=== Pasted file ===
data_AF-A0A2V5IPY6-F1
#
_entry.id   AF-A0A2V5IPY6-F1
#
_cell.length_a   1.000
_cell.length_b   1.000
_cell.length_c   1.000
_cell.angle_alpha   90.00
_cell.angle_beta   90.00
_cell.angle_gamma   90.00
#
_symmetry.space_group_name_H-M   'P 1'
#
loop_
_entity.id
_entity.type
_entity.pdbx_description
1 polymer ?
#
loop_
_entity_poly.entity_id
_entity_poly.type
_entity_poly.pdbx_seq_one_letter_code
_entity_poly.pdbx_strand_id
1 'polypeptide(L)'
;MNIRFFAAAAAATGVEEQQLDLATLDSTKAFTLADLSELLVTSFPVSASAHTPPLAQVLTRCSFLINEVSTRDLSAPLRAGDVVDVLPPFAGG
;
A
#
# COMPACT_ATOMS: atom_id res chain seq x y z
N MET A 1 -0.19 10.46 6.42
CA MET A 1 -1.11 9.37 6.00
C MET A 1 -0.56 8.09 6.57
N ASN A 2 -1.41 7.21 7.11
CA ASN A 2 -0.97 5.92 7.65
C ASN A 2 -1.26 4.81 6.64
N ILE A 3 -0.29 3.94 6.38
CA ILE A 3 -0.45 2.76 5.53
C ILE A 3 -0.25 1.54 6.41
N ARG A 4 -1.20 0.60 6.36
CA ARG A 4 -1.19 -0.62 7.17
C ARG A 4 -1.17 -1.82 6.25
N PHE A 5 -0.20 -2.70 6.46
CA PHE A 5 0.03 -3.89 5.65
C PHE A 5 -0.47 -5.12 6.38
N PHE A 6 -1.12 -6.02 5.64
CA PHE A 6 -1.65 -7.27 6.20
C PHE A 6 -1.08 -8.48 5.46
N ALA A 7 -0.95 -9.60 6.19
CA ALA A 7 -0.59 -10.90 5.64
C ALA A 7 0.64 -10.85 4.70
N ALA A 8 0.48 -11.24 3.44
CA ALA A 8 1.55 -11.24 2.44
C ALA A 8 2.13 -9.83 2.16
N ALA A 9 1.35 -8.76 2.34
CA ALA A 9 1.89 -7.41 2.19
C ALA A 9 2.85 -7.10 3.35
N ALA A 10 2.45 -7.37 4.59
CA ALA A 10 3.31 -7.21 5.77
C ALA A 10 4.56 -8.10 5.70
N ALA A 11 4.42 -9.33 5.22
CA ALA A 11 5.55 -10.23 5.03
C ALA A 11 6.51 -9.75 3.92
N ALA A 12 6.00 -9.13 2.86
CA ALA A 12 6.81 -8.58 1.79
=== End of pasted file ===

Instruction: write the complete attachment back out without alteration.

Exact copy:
data_AF-A0A2V5IPY6-F1
#
_entry.id   AF-A0A2V5IPY6-F1
#
_cell.length_a   1.000
_cell.length_b   1.000
_cell.length_c   1.000
_cell.angle_alpha   90.00
_cell.angle_beta   90.00
_cell.angle_gamma   90.00
#
_symmetry.space_group_name_H-M   'P 1'
#
loop_
_entity.id
_entity.type
_entity.pdbx_description
1 polymer ?
#
loop_
_entity_poly.entity_id
_entity_poly.type
_entity_poly.pdbx_seq_one_letter_code
_entity_poly.pdbx_strand_id
1 'polypeptide(L)'
;MNIRFFAAAAAATGVEEQQLDLATLDSTKAFTLADLSELLVTSFPVSASAHTPPLAQVLTRCSFLINEVSTRDLSAPLRAGDVVDVLPPFAGG
;
A
#
# COMPACT_ATOMS: atom_id res chain seq x y z
N MET A 1 -0.19 10.46 6.42
CA MET A 1 -1.11 9.37 6.00
C MET A 1 -0.56 8.09 6.57
N ASN A 2 -1.41 7.21 7.11
CA ASN A 2 -0.97 5.92 7.65
C ASN A 2 -1.26 4.81 6.64
N ILE A 3 -0.29 3.94 6.38
CA ILE A 3 -0.45 2.76 5.53
C ILE A 3 -0.25 1.54 6.41
N ARG A 4 -1.20 0.60 6.36
CA ARG A 4 -1.19 -0.62 7.17
C ARG A 4 -1.17 -1.82 6.25
N PHE A 5 -0.20 -2.70 6.46
CA PHE A 5 0.03 -3.89 5.65
C PHE A 5 -0.47 -5.12 6.38
N PHE A 6 -1.12 -6.02 5.64
CA PHE A 6 -1.65 -7.27 6.20
C PHE A 6 -1.08 -8.48 5.46
N ALA A 7 -0.95 -9.60 6.19
CA ALA A 7 -0.59 -10.90 5.64
C ALA A 7 0.64 -10.85 4.70
N ALA A 8 0.48 -11.24 3.44
CA ALA A 8 1.55 -11.24 2.44
C ALA A 8 2.13 -9.83 2.16
N ALA A 9 1.35 -8.76 2.34
CA ALA A 9 1.89 -7.41 2.19
C ALA A 9 2.85 -7.10 3.35
N ALA A 10 2.45 -7.37 4.59
CA ALA A 10 3.31 -7.21 5.77
C ALA A 10 4.56 -8.10 5.70
N ALA A 11 4.42 -9.33 5.22
CA ALA A 11 5.55 -10.23 5.03
C ALA A 11 6.51 -9.75 3.92
N ALA A 12 6.00 -9.13 2.86
CA ALA A 12 6.81 -8.58 1.79